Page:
Car crimes are sudden, violent, and unexpected. They occur when drivers let down their guard, then make themselves targets for criminals looking for prey. Theft, assault, and violent crimes are all real possibilities, as drivers make mistakes they don’t need to make. Going forward, the city of Rochester can prevent car crimes. Here are five ways residents can work to stop the problem.
Place Valuables Out of Sight
Thieves know the laws are tighter than ever. That’s why they go after targets where they can expect a reward. Valuable items, like electronics, jewelry, wrapped gifts, and packages will motivate a criminal to take action. To the criminal, the risk might be well worth the risk. Therefore, the city of Rochester can cut down on car crime by encouraging residents to cover their valuable items. Place them under a car seat or bury them under clothes. Thieves won’t break into a vehicle if they can’t see anything valuable.
Don’t Leave Identifying Information in the Vehicle
Leaving valuable information in your vehicle is a mistake, especially if you’re in a shady location. If someone breaks into your vehicle, you don’t want them to have your driver’s license or state identification, your car registration, and insurance information, or any documents and supporting information that could be used to steal your identity. Better to either choose a better parking space or carry the documents with you in person, just until you can find a place to secure them. Some parts of Rochester are dangerous enough that anywhere you park, your information left in your vehicle could be at risk of being stolen. The news is bad, especially if you think of the extent people will go to use dashboard cameras to capture video of the theft. Between 2014 and 2020, the global dashboard camera market was forecasted to grow at a compound annual growth rate of 15.3%. Still, that increase and the potential for dashboard cameras doesn’t mean a criminal won’t try hard to seize your identity.
Stay in Lighted Areas As Much As Possible
Because there is only so much you can do to deter determined criminals, you have to seize every opportunity to take control. Staying in lighted areas such as bus stops or strip malls will deter criminals from looking to get away with crimes they can commit without detection. You have light to identify and surprise an attacker. Additionally, where there is light there will be more people and activity. The more that’s happening around you, the safer you’ll be. Avoid dark alleys and unlit areas unless you’re able to move extremely fast. Criminals target people who they have time to study and surveil.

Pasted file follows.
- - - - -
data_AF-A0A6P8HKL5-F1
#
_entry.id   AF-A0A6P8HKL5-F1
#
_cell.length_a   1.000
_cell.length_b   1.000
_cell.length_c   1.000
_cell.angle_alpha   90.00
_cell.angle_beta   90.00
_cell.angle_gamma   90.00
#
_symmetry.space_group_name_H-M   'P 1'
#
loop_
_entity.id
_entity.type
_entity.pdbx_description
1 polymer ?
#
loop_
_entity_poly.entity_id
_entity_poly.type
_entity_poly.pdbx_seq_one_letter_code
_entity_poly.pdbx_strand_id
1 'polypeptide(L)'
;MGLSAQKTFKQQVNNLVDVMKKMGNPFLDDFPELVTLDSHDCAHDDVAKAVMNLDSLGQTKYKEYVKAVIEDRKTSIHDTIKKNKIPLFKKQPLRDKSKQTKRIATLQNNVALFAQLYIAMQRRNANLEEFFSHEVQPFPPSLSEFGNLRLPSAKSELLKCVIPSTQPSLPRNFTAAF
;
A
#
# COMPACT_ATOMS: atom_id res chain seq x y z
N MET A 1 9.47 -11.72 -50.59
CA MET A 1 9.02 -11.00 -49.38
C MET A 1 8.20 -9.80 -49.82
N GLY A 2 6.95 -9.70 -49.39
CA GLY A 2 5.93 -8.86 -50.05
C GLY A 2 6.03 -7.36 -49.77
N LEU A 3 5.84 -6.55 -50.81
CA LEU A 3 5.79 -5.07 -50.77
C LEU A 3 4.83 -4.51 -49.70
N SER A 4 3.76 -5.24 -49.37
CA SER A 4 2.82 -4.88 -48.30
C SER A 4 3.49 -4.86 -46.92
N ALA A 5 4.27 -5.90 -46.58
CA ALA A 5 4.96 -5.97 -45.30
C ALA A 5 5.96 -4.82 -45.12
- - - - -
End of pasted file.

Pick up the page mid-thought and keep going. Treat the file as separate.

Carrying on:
Be Aware of Your Surroundings
Your efforts at remaining safe won’t do much good if you don’t know where you are. If you’re downtown, you should have a general idea of where the police precinct is. Globally, 1.25 million people die in road crashes each year, and 20-50 million sustain injuries or permanent disabilities as a result of traffic collisions. So, you should know where to get medical attention. You should also know how to get around on foot for at least a five-block radius. Having a map, a smartphone with Google Maps, and an understanding of your neighborhood will put you at an advantage over less knowledgeable criminals. Moreover, knowing the location of important services will prevent you from having to wander around Rochester. Being aware of your surroundings is safer for everyone.
Don’t Leave Your Car Doors Unlocked
Don’t leave your car doors unlocked and turn your back. That’s the simplest way to keep your vehicle safe. Thieves can come from out of nowhere and act quickly, making off with your vehicle before you can react. Americans spend about 87 minutes a day in their cars. That means you’ll be eager to get out when you do, and once you’re on the street, you’re likely to let your guard down and make a mistake after driving for so long. Be conscious and double-check to make sure. You’ll never have to worry about regrets later.
How will the city of Rochester avoid more car crimes? When residents work together, to make themselves less of a target. When the community works to reach out to police to report suspicious activities. And when residents adopt basic behavior changes in the way they handle their vehicles. All of which are intended to keep them safe.